Anne Njeri Mwangi
My name is Anne Njeri Mwangi, aged 38 years, born and brought up in Kenya in a town called Nyeri and working in the capital city, Nairobi.
I am the fourth born in a family of seven siblings: five girls and two boys. All my siblings are adults with families; my parents are alive and well. I am married to Simon, and we have a lovely son, Victor, who is 11 years old.
I received my primary and secondary education from the nearby schools in the village. After secondary school, I joined medical training college in Mombasa where I pursued a diploma in community health nursing for 3½ years (1993-1997). Later, I pursued a course in reproductive health for six months in 2007. In 2011/2012, I went back to Kenya Medical Training College in Nairobi and pursued a Higher National Diploma in Health Education and Promotion, which I completed in July this year.
After qualifying in 1997, I was employed by the government of Kenya and have worked as a Nursing Officer in various hospitals. In the course of that time, I have practiced offering curative services and came to realize that many of the patients I was attending to were suffering due to lack of information. I consequently felt the need to promote health by educating and giving the correct information to people, thus deciding to take a course in health education and promotion to get the relevant skills. Translators without Borders came in handy at a time when I had just completed my training and ripe for health promotion, and as a Health Promoter, I felt it would be quite prudent to give information in a language that is well understood by the majority in my country. Therefore when I got the chance to be part of the translators at the Translators without Borders Healthcare Translators’ Training Center, I totally embraced it because it is a positive engagement that would enable me to promote health through a language that the majority would understand.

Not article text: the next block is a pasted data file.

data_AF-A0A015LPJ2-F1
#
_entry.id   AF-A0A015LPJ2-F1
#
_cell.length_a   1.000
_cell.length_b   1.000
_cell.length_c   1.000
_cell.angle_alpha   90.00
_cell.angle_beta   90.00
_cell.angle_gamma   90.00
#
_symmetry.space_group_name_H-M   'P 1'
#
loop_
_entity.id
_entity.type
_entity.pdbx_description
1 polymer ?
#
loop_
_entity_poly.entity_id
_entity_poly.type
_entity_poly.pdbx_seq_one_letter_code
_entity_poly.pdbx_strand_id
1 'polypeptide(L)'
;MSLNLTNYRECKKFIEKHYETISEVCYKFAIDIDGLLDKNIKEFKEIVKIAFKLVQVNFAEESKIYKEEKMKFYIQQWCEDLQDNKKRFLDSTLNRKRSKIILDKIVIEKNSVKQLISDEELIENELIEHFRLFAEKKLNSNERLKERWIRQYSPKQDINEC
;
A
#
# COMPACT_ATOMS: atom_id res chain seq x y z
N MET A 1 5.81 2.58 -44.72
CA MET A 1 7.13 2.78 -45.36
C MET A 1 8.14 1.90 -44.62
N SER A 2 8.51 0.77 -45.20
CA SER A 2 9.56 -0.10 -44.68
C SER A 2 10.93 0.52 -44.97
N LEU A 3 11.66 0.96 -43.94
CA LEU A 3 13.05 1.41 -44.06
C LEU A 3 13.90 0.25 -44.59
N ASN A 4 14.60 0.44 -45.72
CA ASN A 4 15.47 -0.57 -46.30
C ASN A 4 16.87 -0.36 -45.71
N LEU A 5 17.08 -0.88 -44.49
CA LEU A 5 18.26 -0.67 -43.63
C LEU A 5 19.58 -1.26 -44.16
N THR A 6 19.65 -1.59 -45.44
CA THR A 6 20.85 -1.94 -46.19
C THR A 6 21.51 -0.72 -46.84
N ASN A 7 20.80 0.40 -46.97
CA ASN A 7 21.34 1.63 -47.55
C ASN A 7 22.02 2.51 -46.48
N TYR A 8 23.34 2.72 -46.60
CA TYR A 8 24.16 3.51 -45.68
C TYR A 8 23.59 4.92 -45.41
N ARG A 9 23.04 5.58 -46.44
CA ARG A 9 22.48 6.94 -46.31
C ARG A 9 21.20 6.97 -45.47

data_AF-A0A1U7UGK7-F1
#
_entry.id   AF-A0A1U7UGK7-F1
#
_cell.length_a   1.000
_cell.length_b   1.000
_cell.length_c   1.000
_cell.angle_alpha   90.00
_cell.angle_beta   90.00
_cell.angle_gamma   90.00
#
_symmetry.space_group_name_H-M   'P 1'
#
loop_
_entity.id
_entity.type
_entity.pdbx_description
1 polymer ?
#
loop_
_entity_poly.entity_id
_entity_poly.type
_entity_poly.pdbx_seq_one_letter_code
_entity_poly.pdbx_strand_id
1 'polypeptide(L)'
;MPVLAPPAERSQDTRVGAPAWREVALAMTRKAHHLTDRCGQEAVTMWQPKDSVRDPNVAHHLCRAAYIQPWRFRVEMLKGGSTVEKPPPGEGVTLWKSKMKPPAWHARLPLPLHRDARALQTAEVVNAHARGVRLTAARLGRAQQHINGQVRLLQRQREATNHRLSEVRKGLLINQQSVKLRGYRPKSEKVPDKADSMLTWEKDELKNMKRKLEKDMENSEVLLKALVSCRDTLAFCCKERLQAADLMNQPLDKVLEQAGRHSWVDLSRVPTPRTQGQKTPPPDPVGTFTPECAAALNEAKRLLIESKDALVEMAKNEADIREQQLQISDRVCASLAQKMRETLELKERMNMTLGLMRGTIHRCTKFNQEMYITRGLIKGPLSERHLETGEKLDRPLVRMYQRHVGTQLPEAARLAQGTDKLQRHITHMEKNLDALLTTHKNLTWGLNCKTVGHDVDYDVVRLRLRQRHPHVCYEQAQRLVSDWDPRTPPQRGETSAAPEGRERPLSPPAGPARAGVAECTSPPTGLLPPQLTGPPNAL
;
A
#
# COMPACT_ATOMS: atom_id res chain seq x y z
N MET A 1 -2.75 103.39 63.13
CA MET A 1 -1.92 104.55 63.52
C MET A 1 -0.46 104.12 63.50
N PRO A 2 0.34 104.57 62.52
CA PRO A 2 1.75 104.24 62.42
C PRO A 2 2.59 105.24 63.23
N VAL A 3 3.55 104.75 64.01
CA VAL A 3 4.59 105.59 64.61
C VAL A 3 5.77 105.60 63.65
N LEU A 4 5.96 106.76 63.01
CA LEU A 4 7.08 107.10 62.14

In all these I wish to thank Simon Andriesen – the director of the Healthcare Translators’ Training Center for being available to give me the much needed translation skills. I would also like to thank Paul Warambo who has been our course instructor during the course; his incredible brilliance in Swahili language and translation skills has made us see the light in the field of translation. I also extend my gratitude to the translation team for their spirit of unity.
Being a translator will enable me to ensure that society receives information in a language that people understand best. I am glad to have become a translator, especially of healthcare materials, because I will be promoting health when people receive and understand information. Health promotion is my passion.
Becoming a translator requires a lot of dedication, determination and commitment. It’s hard to be a translator if one does not have these qualities.
Once I gain experience in translation which is currently from English to Swahili, I would like to move my translation skills into another level of translating the healthcare materials to my native language (Kikuyu) so that those who understand neither English nor Swahili may also get access to information.
My interests are traveling, walking and traversing social media.
If you would like to help support the effort to increase language capacity into Swahili and other critical languages, please consider sponsoring a translator this holiday season through our Fund-a-Translator program. Details by emailing [email protected].